ECONOMY

Investors and neighbors alike bracing for ripples of Serb vote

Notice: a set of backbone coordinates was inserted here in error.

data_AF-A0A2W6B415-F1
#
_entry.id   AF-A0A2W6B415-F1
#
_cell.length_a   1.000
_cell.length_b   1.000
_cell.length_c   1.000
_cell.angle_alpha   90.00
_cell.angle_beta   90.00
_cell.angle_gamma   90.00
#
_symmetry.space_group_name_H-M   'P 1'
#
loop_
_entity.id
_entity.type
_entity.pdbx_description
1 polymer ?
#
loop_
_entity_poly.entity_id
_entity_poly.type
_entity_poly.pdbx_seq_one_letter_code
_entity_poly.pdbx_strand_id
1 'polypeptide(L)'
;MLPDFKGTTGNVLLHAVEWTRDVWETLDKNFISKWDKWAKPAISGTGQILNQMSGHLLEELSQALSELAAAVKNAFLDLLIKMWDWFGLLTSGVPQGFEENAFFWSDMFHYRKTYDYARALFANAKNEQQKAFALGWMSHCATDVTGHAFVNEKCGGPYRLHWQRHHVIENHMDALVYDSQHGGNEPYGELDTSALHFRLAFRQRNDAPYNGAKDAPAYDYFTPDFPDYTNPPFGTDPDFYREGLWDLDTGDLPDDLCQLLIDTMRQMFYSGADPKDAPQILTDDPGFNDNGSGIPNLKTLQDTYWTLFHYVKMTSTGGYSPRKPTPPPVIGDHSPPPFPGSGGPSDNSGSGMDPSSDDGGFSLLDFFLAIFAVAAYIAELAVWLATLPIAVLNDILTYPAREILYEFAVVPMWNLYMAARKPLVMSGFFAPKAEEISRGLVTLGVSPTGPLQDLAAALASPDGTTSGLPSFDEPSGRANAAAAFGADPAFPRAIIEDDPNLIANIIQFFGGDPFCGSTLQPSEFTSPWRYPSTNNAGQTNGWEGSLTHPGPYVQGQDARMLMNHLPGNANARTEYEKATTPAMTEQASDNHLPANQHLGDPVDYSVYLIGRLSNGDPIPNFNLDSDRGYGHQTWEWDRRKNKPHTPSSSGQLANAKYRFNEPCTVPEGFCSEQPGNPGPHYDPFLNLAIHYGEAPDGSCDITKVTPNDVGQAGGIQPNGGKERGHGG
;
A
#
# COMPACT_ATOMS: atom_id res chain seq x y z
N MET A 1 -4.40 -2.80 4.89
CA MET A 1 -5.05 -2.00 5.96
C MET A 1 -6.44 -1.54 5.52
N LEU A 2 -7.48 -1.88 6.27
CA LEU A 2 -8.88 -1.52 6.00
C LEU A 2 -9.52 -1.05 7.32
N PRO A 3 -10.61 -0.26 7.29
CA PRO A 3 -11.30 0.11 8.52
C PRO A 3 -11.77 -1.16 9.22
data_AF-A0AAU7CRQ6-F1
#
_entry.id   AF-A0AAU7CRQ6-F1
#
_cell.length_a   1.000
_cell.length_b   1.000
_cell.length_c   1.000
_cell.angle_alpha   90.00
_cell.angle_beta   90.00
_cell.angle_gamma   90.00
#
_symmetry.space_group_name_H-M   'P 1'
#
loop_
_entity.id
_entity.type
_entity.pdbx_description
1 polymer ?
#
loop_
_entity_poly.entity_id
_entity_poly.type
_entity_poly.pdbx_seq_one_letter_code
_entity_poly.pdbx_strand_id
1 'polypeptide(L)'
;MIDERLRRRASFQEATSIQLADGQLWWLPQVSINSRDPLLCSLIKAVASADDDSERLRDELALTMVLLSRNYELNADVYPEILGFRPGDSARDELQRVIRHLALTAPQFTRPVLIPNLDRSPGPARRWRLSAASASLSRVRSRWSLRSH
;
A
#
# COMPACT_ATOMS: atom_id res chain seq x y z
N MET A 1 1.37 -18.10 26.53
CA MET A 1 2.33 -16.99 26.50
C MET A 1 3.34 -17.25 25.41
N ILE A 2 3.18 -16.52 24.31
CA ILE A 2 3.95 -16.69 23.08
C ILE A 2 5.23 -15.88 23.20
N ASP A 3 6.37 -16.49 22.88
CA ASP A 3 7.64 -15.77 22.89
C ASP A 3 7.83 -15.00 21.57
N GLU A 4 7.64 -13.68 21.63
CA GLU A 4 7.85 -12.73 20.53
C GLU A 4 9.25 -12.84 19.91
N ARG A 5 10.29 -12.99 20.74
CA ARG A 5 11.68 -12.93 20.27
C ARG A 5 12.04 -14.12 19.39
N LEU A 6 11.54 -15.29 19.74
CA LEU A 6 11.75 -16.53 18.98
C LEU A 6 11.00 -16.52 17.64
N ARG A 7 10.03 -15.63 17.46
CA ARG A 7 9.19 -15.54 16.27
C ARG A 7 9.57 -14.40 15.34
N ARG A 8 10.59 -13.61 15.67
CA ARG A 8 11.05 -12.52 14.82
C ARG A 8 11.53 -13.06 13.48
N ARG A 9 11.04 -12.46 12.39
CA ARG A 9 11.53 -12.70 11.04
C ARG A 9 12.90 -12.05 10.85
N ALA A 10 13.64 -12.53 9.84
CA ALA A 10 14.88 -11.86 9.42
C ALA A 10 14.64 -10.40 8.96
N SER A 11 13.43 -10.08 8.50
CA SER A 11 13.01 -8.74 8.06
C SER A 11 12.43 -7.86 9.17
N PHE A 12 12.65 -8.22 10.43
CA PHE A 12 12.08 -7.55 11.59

BELGRADE (Reuters) – A tight race between nationalist Radicals and pro-Western Democrats in tomorrow’s Serbian general election will be closely watched by investors, neighbors and the European Union as its outcome ripples across the Balkans. Those onlookers are hoping for clarity and stability in a country which is holding its 10th nationwide ballot in eight years. While a Democrat-led government could speed Serbia’s EU accession, a Radical-dominated coalition could make the neighbors nervous and prompt them to seek faster entry for themselves. But analysts say the Radicals have a pragmatic approach to the need for foreign capital and would not necessarily scare off investors. «Investors are not looking as much at who will govern, but at who can govern without there being an election again next month or next year,» said Jens Bastian, economist for the European Agency for Reconstruction, which runs EU assistance programs in parts of the former Yugoslavia. «They are trying to identify a coalition that will have staying power for more than two years, which would already be a success, considering recent history.» In all the years since Slobodan Milosevic was ousted in 2000 the balance tipped in favor of the pro-Western bloc at the last minute. But this time, fueled by Serb anger at Kosovo’s secession in February, the nationalists could prevail. A nationalist government in Serbia could have a ripple effect, encouraging separatist sentiment in Bosnia, where ethnic Serbs resent sharing a country with Bosnian Muslims and Croats. Nationalist desires to partition Kosovo and annex the Serb minority to Serbia could also harden latent Albanian separatist sentiment in southern Serbia and the Former Yugoslav Republic of Macedonia (FYROM), another ethnically fragile republic. Serbia’s influence and its hard-to-get attitude have Brussels bending over backward to woo Belgrade, often stretching EU rules in the hope of defusing trouble in the backyard. Sabine Freizer of the International Crisis Group think tank said whatever happened tomorrow, the European Union should stop treating Serbia as a special case deserving concessions, and apply the same standards as for other aspirant members. »It is not helpful for the EU to condition progress for other parts of the Balkans on Serbia’s progress,» she said. Only Croatia, already advanced on the way to EU membership, would be let into the EU on its merits, said Dragana Ignjatovic, analyst for business intelligence firm Global Insight. «For all other countries it’s going to be harder,» she said, as the EU prefers bloc entry and that slows everything to Serbia’s pace. Hostages of Serbia Ignjatovic said investors would be more comfortable with the Democrats, but not necessarily put off by the Radicals. «Despite the populist rhetoric, the Radicals are ultimately quite realistic about the fact Serbia needs investors. It’s exaggerated to speak of a return to the Milosevic era,» she said. Edward Parker of Fitch credit ratings agency said a Democrat government was likely to be prudent and speed up EU accession, in contrast to the Radicals’ populism. But Fitch’s sovereign rating for Serbia (BB-/Stable Outlook) already factored in a high degree of risk. «We would expect to wait to assess the composition of the new government and its policies before making any potential change in the rating,» Parker said. «The Democrats would also face difficult economic and political challenges.» Some businessmen say the Balkans is generally virgin territory for investment and there will be interest whatever the outcome. But Eldar Dizdarevic, who runs the investitor.ba website in Bosnia, thinks investors may prefer low-cost, stable Asian countries over low-cost, unstable Balkan countries. «The countries of the region will most probably be hostages of political events in Serbia,» he said. Kosovo economist Shpend Ahmeti said that in the past, whenever the Radicals looked poised to win power in Serbia, investors in the region either stayed away or became cautious. «If Serbia is unstable, we all are unstable,» he said. «None of the Balkan countries is an island, none alone is attractive for investors. Our competitive advantage is as a region.» Bastian said a lot now depended on the EU’s decisiveness. The neighbors had by now learnt to deal with Serbia’s instability, he said, but if the Radicals won, it would be a significant shift that would send them running to the EU for reassurance, more aid, and above all, accelerated entry. «That would be an important issue in coming months: to what degree the EU would choose to change its focus in the region if political elites in Serbia decide to go in the other direction,» Bastian said. He worried, however, that this election would not actually set Serbia’s future direction «but produce a divided, weak government that has no majority in parliament and no popular legitimacy to carry out necessary reforms.»